In the course of tracking down some William de Morgan tiles, members of Leicester Secular Society came across a transcript of a radio interview with members of the Society from around 20 years ago.
The interview contained a reference to the tiles in the ballroom having been boarded up. Apparently, the secretary at that time had claimed they made the place look like a butcher’s shop!
Thanks to the determination
As always, a highlight of the day was the re-enactment of 1066.
This was the year that England changed forever.
From ploughshares to seaxes (Saxon knives), farmers to warriors, the youngsters experienced the peaceful farming life in the Meon Valley before taking up arms to defend king and country.
‘My child is still talking about Saxon day’
The Friends of Corhampton Church fourth annual Saxon school day (held on May 9th 2013) again brought smiles and hoots of enjoyment from the children of our villages.
The pupils at Meinstoke infant school were joined by nine older Huscarls (royal guards) from Droxford junior school to learn and celebrate our Saxon heritage. Fifty parents and guests enjoyed the learning, f
Corhampton Church is one of the few remaining Saxon churches in regular use and in good repair. The building is Grade I listed and dates from 1020. It has been extensively restored with the help of the Friends of Corhampton Church whose constitution states:
“The Friends are established to assist in the restoration and maintenance of the fabric, contents, and churchyard of Corhampton Church…….. and to preserve and p
Corporation Oaks was officially opened by a tree planting on 11 February 1850. This was attended by members of the Town Council, the Town Clerk and the Clerk to the Justices.
After the ceremony, the group walked down to St Anne’s Well Road and, because it was a rainy day, then took cabs to the George IV where they had an evening of ‘unalloyed enjoyment’.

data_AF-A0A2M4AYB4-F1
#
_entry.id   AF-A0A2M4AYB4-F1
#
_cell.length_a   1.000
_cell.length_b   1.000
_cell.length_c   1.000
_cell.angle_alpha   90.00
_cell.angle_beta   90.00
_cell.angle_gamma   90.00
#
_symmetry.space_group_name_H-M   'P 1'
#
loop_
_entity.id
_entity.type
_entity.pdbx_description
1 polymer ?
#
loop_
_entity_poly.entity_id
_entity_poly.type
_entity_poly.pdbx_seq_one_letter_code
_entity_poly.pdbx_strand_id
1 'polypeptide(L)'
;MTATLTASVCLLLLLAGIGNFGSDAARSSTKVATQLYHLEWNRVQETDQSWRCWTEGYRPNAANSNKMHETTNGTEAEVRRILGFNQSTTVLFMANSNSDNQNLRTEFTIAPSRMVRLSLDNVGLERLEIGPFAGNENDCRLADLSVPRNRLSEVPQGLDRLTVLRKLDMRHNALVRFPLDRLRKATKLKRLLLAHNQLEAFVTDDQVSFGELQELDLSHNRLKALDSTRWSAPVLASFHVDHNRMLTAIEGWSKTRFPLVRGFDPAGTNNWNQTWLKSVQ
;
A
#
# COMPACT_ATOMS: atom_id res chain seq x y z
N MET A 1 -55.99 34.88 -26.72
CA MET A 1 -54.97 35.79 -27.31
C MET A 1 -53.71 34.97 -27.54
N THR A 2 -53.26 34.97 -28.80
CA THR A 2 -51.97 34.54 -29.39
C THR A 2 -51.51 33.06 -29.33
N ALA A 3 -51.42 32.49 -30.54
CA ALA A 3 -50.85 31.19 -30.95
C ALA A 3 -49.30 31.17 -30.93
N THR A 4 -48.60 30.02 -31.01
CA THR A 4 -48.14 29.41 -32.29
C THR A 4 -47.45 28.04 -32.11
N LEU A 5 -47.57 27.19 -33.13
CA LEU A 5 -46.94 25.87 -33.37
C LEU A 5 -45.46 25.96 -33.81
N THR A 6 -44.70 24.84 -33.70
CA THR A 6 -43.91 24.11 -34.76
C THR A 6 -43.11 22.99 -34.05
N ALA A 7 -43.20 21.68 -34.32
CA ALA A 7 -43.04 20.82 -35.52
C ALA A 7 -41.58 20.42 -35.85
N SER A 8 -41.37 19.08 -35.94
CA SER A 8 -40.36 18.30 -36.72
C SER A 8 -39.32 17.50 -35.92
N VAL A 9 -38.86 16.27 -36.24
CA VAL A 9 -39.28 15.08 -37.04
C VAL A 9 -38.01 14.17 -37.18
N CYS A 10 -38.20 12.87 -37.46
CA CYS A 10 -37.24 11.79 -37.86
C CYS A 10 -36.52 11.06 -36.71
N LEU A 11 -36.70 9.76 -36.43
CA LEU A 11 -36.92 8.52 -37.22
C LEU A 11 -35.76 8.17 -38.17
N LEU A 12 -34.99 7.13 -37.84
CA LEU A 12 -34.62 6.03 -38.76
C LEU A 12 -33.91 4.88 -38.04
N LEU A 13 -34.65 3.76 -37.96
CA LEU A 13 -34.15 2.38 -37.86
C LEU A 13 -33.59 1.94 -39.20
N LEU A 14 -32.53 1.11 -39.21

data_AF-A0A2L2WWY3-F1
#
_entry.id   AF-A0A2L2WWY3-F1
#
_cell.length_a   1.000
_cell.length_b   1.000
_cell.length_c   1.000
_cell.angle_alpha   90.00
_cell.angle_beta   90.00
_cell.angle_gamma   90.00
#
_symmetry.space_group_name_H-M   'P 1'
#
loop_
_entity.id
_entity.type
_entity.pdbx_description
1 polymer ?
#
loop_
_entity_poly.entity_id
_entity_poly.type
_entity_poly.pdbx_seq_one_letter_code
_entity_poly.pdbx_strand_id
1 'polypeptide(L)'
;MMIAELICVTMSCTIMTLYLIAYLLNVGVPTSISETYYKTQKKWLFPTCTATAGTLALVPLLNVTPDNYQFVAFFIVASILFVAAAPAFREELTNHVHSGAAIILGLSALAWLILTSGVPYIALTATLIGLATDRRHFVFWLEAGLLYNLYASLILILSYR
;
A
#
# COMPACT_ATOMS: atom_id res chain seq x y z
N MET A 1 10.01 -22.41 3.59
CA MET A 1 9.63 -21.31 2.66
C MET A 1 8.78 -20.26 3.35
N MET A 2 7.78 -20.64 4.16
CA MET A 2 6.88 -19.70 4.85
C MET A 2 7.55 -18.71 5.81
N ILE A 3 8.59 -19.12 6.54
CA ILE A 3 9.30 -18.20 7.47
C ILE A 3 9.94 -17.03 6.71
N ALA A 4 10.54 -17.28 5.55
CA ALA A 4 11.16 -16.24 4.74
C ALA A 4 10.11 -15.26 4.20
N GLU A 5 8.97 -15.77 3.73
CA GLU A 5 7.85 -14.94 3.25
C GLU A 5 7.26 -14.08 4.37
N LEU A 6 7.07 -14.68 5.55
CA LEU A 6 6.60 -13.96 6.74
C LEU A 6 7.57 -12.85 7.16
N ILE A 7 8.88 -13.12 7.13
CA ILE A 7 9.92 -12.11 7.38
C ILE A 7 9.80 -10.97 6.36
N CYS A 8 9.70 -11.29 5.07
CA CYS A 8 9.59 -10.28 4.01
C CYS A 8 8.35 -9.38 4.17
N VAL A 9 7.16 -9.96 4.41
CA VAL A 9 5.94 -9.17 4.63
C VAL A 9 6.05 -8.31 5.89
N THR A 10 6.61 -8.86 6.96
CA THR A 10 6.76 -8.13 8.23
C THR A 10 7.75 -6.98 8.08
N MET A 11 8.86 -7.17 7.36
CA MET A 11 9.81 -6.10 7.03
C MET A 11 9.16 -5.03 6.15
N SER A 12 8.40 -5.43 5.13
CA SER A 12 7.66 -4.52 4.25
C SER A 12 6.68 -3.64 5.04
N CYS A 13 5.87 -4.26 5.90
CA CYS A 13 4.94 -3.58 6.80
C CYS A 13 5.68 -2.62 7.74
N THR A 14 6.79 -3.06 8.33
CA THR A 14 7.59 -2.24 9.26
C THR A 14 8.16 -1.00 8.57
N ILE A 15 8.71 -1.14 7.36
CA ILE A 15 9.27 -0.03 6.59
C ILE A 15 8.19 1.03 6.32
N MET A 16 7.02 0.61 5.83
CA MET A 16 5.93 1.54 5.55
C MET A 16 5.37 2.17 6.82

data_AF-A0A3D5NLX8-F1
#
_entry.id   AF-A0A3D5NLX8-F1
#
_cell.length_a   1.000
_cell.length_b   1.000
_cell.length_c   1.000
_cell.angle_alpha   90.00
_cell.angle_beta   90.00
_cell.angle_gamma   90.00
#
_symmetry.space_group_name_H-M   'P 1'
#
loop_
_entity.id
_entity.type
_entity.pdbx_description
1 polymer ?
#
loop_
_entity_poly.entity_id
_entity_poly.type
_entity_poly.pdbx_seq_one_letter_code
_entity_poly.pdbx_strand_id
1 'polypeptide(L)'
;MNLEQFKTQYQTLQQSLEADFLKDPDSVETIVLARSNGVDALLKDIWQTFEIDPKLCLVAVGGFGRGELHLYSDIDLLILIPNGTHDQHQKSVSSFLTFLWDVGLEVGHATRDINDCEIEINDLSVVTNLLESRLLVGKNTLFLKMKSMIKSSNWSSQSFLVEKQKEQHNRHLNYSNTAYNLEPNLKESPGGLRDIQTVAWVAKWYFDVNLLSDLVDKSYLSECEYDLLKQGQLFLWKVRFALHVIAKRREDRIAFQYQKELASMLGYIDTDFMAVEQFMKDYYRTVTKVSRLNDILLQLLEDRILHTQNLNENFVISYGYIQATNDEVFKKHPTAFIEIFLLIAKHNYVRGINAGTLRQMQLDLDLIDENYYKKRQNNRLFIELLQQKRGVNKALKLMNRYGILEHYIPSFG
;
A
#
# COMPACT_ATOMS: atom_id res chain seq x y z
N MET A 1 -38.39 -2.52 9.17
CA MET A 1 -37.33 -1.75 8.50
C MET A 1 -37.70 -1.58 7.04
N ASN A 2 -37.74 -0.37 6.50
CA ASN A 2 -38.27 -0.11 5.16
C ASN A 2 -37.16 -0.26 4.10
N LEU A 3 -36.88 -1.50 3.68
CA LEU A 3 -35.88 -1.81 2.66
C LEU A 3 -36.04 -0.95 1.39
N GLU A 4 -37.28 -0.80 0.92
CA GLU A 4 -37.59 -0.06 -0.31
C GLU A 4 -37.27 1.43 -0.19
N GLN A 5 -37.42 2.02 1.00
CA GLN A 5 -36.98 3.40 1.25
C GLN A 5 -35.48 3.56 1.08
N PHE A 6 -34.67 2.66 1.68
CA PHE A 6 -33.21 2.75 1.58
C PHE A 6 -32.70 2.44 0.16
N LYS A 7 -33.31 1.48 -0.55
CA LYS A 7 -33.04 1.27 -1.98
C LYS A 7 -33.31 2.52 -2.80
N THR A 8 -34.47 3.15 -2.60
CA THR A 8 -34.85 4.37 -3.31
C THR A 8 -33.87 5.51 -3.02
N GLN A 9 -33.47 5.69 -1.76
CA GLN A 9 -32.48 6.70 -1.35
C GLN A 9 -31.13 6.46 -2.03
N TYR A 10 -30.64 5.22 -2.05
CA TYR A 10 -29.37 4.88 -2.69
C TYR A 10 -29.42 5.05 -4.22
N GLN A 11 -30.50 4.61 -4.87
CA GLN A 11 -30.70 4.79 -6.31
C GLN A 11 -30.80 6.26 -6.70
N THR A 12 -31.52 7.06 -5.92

On 9 April 1857 the Enclosure Committee reported to the Council that it believed
‘… that some of the large Guns and trophies taken from Russia in the late War might be obtained on application to Her Majesty’s Government recommend that such application be made and that the Guns and trophies if obtained be placed in the Arboretum and be under the care of this Council.’ (NA CA 3616)
Cyril Flowers started work at Carey's as a threading boy in 1929 at 14 years. He was paid 7s/6d (37 1/2 pence) per week, and an extra 6d (2 1/2 pence) for 3 hours on a Saturday.
“There were 46 machines some capable of producing lace 360 inches wide. Some machines had 3,000 bobbins or shuttle that needed threading. When Carey’s closed down in 1956, Cyril was the last man to be paid off and given £25 extra and a f
From Anglo-Saxon to late 19th/20th Century – the church of St Wilfrid’s in Barrow-upon-Trent seems to have a little bit of everything within its building and its history.
Add to that, the two ‘Black Death’ pits found in the churchyard, and it becomes obvious why Barrow upon Trent Parish History Research Group were keen to have an historical building assessment carried out on their church.
Straight out of the army, Reg Dixon was still a young man when he started working for Raleigh. The work was often hard and “the gaffers” really strict. But Reg remembers his time there with great pride and affection. He recalls the comradeship and the huge sadness felt by everyone when it finally closed – “it’s family. They made it into a family place."
The development of Nottingham Arboretum and the other green spaces only became possible with the passing of the Nottingham Enclosure Act in 1845, which allowed for the enclosure of 1069 acres.
The Enclosure Commissioners were given responsibility for building and widening roads, constructing drains, sewers and bridges, but they also became responsible for the establishment and future maintenance of public walks, ga